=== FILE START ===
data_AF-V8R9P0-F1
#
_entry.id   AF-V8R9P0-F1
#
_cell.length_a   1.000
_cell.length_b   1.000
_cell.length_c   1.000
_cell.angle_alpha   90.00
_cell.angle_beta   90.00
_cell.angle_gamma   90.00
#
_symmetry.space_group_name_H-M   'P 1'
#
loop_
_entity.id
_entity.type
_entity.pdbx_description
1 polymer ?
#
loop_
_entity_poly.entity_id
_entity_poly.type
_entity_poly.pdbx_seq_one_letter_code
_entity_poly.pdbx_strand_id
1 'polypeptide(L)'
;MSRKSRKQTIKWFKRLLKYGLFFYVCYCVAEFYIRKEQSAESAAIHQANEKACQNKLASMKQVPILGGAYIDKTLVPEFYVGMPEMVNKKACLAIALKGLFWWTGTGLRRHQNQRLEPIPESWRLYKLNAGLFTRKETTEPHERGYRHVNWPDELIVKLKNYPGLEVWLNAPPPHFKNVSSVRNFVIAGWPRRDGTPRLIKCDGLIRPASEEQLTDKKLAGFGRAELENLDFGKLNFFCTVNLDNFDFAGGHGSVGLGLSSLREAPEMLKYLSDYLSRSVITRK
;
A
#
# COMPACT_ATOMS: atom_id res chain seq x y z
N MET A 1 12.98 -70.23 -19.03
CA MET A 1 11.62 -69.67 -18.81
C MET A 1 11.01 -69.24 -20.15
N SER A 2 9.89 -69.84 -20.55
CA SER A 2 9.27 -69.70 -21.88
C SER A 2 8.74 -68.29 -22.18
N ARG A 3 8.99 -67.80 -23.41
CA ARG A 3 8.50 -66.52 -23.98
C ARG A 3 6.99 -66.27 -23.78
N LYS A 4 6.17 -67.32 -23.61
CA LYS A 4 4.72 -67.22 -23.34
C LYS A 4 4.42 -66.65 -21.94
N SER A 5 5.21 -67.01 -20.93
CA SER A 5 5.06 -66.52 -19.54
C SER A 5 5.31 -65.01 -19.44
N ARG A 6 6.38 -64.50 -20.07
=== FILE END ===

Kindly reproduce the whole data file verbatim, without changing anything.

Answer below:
data_AF-V8R9P0-F1
#
_entry.id   AF-V8R9P0-F1
#
_cell.length_a   1.000
_cell.length_b   1.000
_cell.length_c   1.000
_cell.angle_alpha   90.00
_cell.angle_beta   90.00
_cell.angle_gamma   90.00
#
_symmetry.space_group_name_H-M   'P 1'
#
loop_
_entity.id
_entity.type
_entity.pdbx_description
1 polymer ?
#
loop_
_entity_poly.entity_id
_entity_poly.type
_entity_poly.pdbx_seq_one_letter_code
_entity_poly.pdbx_strand_id
1 'polypeptide(L)'
;MSRKSRKQTIKWFKRLLKYGLFFYVCYCVAEFYIRKEQSAESAAIHQANEKACQNKLASMKQVPILGGAYIDKTLVPEFYVGMPEMVNKKACLAIALKGLFWWTGTGLRRHQNQRLEPIPESWRLYKLNAGLFTRKETTEPHERGYRHVNWPDELIVKLKNYPGLEVWLNAPPPHFKNVSSVRNFVIAGWPRRDGTPRLIKCDGLIRPASEEQLTDKKLAGFGRAELENLDFGKLNFFCTVNLDNFDFAGGHGSVGLGLSSLREAPEMLKYLSDYLSRSVITRK
;
A
#
# COMPACT_ATOMS: atom_id res chain seq x y z
N MET A 1 12.98 -70.23 -19.03
CA MET A 1 11.62 -69.67 -18.81
C MET A 1 11.01 -69.24 -20.15
N SER A 2 9.89 -69.84 -20.55
CA SER A 2 9.27 -69.70 -21.88
C SER A 2 8.74 -68.29 -22.18
N ARG A 3 8.99 -67.80 -23.41
CA ARG A 3 8.50 -66.52 -23.98
C ARG A 3 6.99 -66.27 -23.78
N LYS A 4 6.17 -67.32 -23.61
CA LYS A 4 4.72 -67.22 -23.34
C LYS A 4 4.42 -66.65 -21.94
N SER A 5 5.21 -67.01 -20.93
CA SER A 5 5.06 -66.52 -19.54
C SER A 5 5.31 -65.01 -19.44
N ARG A 6 6.38 -64.50 -20.07